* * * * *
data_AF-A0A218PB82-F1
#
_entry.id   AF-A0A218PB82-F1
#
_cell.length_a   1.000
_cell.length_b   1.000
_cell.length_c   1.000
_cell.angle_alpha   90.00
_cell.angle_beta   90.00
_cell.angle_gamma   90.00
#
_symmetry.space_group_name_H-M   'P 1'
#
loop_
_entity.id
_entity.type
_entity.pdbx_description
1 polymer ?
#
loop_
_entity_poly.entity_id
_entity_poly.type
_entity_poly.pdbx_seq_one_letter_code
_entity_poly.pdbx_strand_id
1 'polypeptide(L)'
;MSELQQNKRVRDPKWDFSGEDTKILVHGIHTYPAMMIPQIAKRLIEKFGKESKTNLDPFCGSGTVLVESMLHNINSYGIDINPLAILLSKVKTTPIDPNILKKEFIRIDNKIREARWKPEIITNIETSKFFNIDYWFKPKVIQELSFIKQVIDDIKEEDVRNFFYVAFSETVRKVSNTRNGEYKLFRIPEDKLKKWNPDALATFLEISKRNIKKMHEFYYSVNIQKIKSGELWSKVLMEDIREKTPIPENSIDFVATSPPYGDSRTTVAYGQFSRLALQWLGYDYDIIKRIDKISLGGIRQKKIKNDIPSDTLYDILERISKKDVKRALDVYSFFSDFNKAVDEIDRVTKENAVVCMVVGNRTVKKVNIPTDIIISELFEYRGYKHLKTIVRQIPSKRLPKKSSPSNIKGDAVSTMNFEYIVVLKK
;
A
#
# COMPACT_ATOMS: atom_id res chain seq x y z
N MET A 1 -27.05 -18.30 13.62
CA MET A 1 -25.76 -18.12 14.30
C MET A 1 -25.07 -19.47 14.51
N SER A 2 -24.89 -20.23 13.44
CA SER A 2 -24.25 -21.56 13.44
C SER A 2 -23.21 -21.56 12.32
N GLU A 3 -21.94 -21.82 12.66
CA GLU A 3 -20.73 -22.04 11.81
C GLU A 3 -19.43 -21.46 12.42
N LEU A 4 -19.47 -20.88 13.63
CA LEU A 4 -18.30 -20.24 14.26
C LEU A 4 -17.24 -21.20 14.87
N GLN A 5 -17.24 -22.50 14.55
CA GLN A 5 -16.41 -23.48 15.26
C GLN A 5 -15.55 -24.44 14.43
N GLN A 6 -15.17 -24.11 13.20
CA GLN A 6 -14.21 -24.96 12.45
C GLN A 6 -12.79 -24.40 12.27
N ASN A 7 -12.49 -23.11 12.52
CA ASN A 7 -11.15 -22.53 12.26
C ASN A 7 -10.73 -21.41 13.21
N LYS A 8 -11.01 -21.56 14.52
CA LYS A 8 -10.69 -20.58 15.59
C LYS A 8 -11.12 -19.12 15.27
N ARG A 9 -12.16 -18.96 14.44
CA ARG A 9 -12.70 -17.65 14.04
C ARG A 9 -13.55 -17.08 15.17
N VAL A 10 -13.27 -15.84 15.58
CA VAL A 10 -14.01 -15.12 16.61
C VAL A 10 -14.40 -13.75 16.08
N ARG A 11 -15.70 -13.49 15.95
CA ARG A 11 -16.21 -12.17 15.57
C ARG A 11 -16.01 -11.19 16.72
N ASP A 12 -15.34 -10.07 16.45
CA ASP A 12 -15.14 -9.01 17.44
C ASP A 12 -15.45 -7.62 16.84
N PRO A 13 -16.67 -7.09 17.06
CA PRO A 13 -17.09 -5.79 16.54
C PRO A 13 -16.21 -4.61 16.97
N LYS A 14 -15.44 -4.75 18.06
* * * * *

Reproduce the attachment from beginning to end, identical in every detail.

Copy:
data_AF-A0A218PB82-F1
#
_entry.id   AF-A0A218PB82-F1
#
_cell.length_a   1.000
_cell.length_b   1.000
_cell.length_c   1.000
_cell.angle_alpha   90.00
_cell.angle_beta   90.00
_cell.angle_gamma   90.00
#
_symmetry.space_group_name_H-M   'P 1'
#
loop_
_entity.id
_entity.type
_entity.pdbx_description
1 polymer ?
#
loop_
_entity_poly.entity_id
_entity_poly.type
_entity_poly.pdbx_seq_one_letter_code
_entity_poly.pdbx_strand_id
1 'polypeptide(L)'
;MSELQQNKRVRDPKWDFSGEDTKILVHGIHTYPAMMIPQIAKRLIEKFGKESKTNLDPFCGSGTVLVESMLHNINSYGIDINPLAILLSKVKTTPIDPNILKKEFIRIDNKIREARWKPEIITNIETSKFFNIDYWFKPKVIQELSFIKQVIDDIKEEDVRNFFYVAFSETVRKVSNTRNGEYKLFRIPEDKLKKWNPDALATFLEISKRNIKKMHEFYYSVNIQKIKSGELWSKVLMEDIREKTPIPENSIDFVATSPPYGDSRTTVAYGQFSRLALQWLGYDYDIIKRIDKISLGGIRQKKIKNDIPSDTLYDILERISKKDVKRALDVYSFFSDFNKAVDEIDRVTKENAVVCMVVGNRTVKKVNIPTDIIISELFEYRGYKHLKTIVRQIPSKRLPKKSSPSNIKGDAVSTMNFEYIVVLKK
;
A
#
# COMPACT_ATOMS: atom_id res chain seq x y z
N MET A 1 -27.05 -18.30 13.62
CA MET A 1 -25.76 -18.12 14.30
C MET A 1 -25.07 -19.47 14.51
N SER A 2 -24.89 -20.23 13.44
CA SER A 2 -24.25 -21.56 13.44
C SER A 2 -23.21 -21.56 12.32
N GLU A 3 -21.94 -21.82 12.66
CA GLU A 3 -20.73 -22.04 11.81
C GLU A 3 -19.43 -21.46 12.42
N LEU A 4 -19.47 -20.88 13.63
CA LEU A 4 -18.30 -20.24 14.26
C LEU A 4 -17.24 -21.20 14.87
N GLN A 5 -17.24 -22.50 14.55
CA GLN A 5 -16.41 -23.48 15.26
C GLN A 5 -15.55 -24.44 14.43
N GLN A 6 -15.17 -24.11 13.20
CA GLN A 6 -14.21 -24.96 12.45
C GLN A 6 -12.79 -24.40 12.27
N ASN A 7 -12.49 -23.11 12.52
CA ASN A 7 -11.15 -22.53 12.26
C ASN A 7 -10.73 -21.41 13.21
N LYS A 8 -11.01 -21.56 14.52
CA LYS A 8 -10.69 -20.58 15.59
C LYS A 8 -11.12 -19.12 15.27
N ARG A 9 -12.16 -18.96 14.44
CA ARG A 9 -12.70 -17.65 14.04
C ARG A 9 -13.55 -17.08 15.17
N VAL A 10 -13.27 -15.84 15.58
CA VAL A 10 -14.01 -15.12 16.61
C VAL A 10 -14.40 -13.75 16.08
N ARG A 11 -15.70 -13.49 15.95
CA ARG A 11 -16.21 -12.17 15.57
C ARG A 11 -16.01 -11.19 16.72
N ASP A 12 -15.34 -10.07 16.45
CA ASP A 12 -15.14 -9.01 17.44
C ASP A 12 -15.45 -7.62 16.84
N PRO A 13 -16.67 -7.09 17.06
CA PRO A 13 -17.09 -5.79 16.54
C PRO A 13 -16.21 -4.61 16.97
N LYS A 14 -15.44 -4.75 18.06